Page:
The Seward Phoenix Log - News of the Eastern Kenai Peninsula since 1966

Unemployment rate at 6.8 percent in November


December 22, 2016 | View PDF

Alaska’s seasonally adjusted unemployment rate was 6.8 percent in November, essentially unchanged from October’s revised 6.9 percent. Alaska’s adjusted rate has been trending higher throughout 2016. The national rate was 4.6 percent.

November’s unadjusted unemployment rate was 6.6 percent, up two-tenths of a percentage point, which is a typical seasonal increase.

Unadjusted rates were up in 23 out of 29 boroughs and census areas, following the statewide trend.

The largest increase was 8.8 percentage points in the Denali Borough, which has a busy summer season followed by a dramatic winter slowdown. Denali Borough also had the highest rate at 19.3 percent.

The lowest rate was 4.3 percent in the Aleutians East Borough and in the City and Borough of Sitka.

Urban areas’ rates were all below the statewide average, which is typical in the winter. Juneau was the lowest at 4.6 percent, followed by Anchorage at 5.2 percent and Fairbanks at 5.7 percent.

Preliminary estimates show statewide payroll employment fell by 8,400 jobs, or 2.6 percent, compared to November 2015. The oil and gas industry lost the most at 2,900 jobs, followed by construction and professional and business services, which were also affected by the oil industry slowdown.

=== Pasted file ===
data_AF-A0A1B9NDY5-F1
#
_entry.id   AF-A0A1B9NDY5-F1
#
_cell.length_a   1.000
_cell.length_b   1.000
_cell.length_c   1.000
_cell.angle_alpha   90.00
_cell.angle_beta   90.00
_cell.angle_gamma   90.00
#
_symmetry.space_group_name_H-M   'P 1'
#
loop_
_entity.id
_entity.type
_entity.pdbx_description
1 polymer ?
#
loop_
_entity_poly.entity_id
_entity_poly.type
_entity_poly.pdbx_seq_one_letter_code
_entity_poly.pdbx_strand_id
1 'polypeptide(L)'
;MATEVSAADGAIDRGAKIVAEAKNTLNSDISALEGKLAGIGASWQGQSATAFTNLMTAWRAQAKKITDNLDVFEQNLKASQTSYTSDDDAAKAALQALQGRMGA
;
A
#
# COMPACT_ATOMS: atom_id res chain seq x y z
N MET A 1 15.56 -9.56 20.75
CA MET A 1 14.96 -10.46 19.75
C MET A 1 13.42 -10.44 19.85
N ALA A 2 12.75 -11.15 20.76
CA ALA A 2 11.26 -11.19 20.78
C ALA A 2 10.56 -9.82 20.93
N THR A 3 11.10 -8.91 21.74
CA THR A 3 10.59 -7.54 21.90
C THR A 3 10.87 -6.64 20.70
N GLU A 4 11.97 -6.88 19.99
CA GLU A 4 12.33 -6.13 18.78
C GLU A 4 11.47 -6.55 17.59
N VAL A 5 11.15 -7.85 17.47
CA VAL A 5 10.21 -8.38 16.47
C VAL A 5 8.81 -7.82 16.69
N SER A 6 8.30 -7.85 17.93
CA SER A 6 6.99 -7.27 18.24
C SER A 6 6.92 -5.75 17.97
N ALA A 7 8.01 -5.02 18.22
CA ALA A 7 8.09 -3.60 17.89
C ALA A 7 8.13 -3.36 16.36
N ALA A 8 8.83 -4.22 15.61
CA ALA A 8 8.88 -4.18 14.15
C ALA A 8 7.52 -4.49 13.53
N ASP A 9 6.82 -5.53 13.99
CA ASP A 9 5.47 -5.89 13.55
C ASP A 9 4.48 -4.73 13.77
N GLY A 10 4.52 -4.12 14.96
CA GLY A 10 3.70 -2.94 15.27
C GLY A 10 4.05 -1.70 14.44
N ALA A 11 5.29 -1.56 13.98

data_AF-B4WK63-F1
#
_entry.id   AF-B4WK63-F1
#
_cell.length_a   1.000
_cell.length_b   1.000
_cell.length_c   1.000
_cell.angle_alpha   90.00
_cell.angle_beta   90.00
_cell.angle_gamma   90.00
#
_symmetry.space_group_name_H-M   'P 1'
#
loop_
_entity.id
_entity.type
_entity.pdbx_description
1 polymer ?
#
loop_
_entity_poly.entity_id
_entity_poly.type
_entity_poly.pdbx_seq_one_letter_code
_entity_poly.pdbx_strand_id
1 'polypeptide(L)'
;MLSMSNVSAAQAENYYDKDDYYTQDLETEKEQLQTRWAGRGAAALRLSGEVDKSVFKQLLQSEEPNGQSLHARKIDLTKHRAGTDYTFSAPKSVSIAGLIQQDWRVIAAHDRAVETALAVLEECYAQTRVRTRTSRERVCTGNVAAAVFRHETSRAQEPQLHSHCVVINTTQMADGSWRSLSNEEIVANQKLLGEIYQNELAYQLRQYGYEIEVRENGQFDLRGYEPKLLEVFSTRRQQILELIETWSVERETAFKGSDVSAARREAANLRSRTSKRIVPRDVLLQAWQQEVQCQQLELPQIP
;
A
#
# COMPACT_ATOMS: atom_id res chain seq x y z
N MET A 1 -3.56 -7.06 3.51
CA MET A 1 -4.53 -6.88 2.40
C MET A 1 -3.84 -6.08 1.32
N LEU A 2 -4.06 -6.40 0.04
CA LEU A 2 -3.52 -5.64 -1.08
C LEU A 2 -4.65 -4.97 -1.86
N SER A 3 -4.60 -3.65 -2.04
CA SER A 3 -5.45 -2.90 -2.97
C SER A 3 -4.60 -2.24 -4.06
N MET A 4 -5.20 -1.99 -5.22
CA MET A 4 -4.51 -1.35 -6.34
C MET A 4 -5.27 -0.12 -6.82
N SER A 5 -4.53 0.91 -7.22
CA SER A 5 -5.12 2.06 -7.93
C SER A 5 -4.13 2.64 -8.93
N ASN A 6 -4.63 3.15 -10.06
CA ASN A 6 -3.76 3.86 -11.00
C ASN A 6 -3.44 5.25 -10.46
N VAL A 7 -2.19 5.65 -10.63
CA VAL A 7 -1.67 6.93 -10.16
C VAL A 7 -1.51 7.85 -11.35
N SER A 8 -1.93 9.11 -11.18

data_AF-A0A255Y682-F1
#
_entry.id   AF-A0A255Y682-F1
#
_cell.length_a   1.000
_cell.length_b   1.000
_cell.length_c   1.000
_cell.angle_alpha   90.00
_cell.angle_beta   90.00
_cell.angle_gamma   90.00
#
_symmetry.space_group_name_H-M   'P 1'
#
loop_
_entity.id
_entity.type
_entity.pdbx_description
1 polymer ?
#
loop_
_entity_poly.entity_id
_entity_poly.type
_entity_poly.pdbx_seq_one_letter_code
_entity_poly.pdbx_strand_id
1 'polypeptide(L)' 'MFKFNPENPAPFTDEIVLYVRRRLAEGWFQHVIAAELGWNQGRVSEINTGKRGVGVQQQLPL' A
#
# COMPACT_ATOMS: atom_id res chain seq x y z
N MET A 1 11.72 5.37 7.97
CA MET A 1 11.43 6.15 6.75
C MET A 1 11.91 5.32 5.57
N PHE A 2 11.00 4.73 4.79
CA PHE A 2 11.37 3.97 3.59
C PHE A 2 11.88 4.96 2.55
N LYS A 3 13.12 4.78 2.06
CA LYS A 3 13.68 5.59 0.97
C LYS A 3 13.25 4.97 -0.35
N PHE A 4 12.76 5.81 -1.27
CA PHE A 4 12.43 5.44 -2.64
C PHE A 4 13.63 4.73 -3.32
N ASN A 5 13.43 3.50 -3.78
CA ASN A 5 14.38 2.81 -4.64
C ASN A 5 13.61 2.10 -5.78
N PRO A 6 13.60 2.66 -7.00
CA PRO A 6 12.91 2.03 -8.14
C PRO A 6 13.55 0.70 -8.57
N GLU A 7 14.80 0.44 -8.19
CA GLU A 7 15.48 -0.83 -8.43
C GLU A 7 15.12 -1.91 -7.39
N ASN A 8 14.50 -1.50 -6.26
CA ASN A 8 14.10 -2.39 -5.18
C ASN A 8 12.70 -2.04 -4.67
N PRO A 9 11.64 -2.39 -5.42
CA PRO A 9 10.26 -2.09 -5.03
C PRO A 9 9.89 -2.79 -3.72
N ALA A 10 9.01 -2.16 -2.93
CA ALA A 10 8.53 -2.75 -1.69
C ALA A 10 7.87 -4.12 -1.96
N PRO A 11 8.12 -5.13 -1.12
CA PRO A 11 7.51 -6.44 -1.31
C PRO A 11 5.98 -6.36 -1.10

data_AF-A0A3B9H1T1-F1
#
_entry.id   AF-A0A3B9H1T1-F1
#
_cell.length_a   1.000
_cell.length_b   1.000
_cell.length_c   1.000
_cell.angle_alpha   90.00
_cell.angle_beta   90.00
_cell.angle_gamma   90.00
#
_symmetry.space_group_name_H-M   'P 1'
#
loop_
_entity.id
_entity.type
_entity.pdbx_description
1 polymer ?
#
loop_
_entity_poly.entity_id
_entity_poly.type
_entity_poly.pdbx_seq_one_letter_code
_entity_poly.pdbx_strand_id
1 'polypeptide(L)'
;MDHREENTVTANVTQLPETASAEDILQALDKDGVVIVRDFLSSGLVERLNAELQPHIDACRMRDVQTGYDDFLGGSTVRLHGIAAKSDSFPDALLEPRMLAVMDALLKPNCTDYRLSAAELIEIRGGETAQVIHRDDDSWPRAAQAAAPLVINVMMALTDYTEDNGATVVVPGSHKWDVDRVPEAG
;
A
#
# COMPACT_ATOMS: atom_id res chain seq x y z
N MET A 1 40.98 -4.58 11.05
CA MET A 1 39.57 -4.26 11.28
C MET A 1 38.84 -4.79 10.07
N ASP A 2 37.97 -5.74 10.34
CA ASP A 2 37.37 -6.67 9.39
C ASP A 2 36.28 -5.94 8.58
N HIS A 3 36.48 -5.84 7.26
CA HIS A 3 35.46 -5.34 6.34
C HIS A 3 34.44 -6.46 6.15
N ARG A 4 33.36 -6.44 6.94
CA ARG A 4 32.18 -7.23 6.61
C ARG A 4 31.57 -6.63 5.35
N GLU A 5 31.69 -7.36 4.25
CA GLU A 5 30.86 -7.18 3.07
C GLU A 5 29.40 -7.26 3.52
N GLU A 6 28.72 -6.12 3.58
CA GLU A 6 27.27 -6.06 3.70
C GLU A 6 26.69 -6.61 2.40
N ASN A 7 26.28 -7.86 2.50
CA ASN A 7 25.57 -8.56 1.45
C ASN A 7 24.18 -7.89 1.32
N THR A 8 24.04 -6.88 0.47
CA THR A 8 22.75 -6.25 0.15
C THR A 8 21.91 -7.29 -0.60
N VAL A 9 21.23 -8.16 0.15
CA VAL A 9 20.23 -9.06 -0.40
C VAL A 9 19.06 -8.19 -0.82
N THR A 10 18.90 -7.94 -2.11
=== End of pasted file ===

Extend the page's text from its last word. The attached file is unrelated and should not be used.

Job losses extended beyond natural resource development and included the trade, transportation and utilities sector, which lost 1,500 jobs. Other service industries were also down. Health care was the only source of private sector growth, with 500 more jobs than the previous November.

State government employment was down 1,300 jobs from the prior year, while federal and local job counts grew slightly.

Regional employment estimates for November show the same trends around the state, but the magnitude of job losses varied by an area’s industry mix. The Northern Region sustained the biggest loss at 12.8 percent, or 2,900 jobs. Job loss in other regions ranged from 1 to 2 percent except in the Gulf Coast Region, where employment was essentially flat.


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